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March 27, 2023 - 
By Eric Tegethoff - Producer, Contact -


Big Sky Connection - Community colleges have undergone a digital transformation in the wake of the pandemic. That has its benefits for students, especially in a large, rural state like Montana. Comments from Joe Thiel ("teel"), interim deputy commissioner for academic, research and student affairs, Montana University System.

Click on the image above for the audio.  Miles Community College is a small college in eastern Montana. (David Schott/Wikimedia Commons)

Eric Tegethoff

March 27, 2023 - Digital learning has become the new normal for colleges since the pandemic, and a report finds community college students are largely satisfied with this change.

"The Digital Transformation of the Community College" from Bay View Analytics found 79% of students gave online courses an 'A' or 'B' grade for meeting their educational needs.

Joe Thiel, interim deputy commissioner for academic, research and student affairs for the Montana University System, said the pandemic was a catalyst for improving online learning.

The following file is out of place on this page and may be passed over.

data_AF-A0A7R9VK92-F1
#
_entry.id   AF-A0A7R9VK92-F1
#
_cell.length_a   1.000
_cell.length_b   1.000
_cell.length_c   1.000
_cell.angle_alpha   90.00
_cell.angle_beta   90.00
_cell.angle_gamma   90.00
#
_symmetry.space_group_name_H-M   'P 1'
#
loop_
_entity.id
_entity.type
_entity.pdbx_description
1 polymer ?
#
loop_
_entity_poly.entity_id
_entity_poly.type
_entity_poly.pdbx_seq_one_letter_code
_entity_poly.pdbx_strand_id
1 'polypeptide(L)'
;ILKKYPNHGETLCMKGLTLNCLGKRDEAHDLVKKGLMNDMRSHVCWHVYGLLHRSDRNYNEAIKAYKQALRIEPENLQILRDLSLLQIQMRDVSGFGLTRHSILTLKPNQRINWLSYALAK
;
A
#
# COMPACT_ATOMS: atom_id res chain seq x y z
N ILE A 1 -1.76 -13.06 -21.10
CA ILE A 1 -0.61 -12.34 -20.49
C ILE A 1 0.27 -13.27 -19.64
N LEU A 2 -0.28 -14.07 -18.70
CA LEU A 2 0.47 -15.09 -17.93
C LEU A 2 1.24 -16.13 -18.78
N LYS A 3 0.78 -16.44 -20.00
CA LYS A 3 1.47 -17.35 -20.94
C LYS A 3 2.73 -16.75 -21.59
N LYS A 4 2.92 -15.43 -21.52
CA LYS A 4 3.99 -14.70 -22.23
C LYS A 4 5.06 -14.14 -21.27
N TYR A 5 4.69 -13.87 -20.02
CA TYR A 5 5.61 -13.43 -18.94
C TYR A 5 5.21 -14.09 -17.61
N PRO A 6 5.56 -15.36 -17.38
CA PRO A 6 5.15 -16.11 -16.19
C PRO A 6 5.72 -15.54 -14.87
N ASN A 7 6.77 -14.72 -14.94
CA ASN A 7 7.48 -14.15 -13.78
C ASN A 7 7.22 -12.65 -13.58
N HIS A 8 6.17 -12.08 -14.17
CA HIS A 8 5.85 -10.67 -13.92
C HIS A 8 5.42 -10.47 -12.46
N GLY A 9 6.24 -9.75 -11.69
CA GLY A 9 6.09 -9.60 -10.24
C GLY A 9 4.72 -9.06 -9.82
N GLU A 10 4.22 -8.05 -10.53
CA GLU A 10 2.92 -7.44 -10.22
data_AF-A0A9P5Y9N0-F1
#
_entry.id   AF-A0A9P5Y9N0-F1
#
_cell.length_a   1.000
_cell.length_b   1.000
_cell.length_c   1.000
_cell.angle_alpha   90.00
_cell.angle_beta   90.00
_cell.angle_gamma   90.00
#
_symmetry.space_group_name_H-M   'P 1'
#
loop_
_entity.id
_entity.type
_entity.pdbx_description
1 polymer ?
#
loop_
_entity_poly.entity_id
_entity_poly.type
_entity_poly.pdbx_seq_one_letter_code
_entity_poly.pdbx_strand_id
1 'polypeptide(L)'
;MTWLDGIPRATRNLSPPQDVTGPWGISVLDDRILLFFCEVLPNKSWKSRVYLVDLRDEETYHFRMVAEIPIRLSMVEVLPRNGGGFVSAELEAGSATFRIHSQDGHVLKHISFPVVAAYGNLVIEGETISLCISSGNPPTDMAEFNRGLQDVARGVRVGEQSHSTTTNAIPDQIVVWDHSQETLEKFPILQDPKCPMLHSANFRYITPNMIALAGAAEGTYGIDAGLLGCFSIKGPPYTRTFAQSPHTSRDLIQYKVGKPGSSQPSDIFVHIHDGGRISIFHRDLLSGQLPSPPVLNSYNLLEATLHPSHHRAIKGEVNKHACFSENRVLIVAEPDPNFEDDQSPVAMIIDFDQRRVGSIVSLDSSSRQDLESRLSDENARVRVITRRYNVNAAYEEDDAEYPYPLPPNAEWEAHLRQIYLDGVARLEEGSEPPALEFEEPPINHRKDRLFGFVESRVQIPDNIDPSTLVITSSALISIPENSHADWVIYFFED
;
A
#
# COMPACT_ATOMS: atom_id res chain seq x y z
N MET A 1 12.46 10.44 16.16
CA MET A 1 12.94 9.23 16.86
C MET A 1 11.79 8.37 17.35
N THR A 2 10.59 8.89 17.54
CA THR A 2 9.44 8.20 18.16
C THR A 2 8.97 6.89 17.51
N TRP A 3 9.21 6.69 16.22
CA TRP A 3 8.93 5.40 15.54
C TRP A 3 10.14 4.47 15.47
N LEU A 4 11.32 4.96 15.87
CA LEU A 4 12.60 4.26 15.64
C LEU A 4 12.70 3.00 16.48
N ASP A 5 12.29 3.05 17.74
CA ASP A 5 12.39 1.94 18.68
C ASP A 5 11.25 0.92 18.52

"A lot of faculty, a lot of campuses became more thoughtful but also more entrepreneurial in terms of how to use online wisely," Thiel observed.

Thiel pointed out Montana saw a slow but steady increase in students taking courses fully online before the pandemic. Levels are even higher now. He explained online coursework fits better with some people's schedules, such as adult learners with jobs, or with where people live.

Thiel noted online education has advantages in a large, rural state like Montana. For example, he said Flathead Valley Community College in northwest Montana was able to work with Miles Community College on the other side of the state to help the college stand up a licensed practical nurse program.

"That benefits both that community, it benefits both of the colleges, but most importantly it means that a lot of the pathways that are most in demand for students," Thiel outlined. "They're now available closer to where more rural students live than they were before."

Thiel added the move online also means colleges have to rethink the services they provide, such as library access, advising and counseling.

"If more of our student population is attending from a distance, we have to invest in those services in ways that we didn't before so that they can be accessed from a distance," Thiel emphasized.

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Support for this reporting was provided by Lumina Foundation.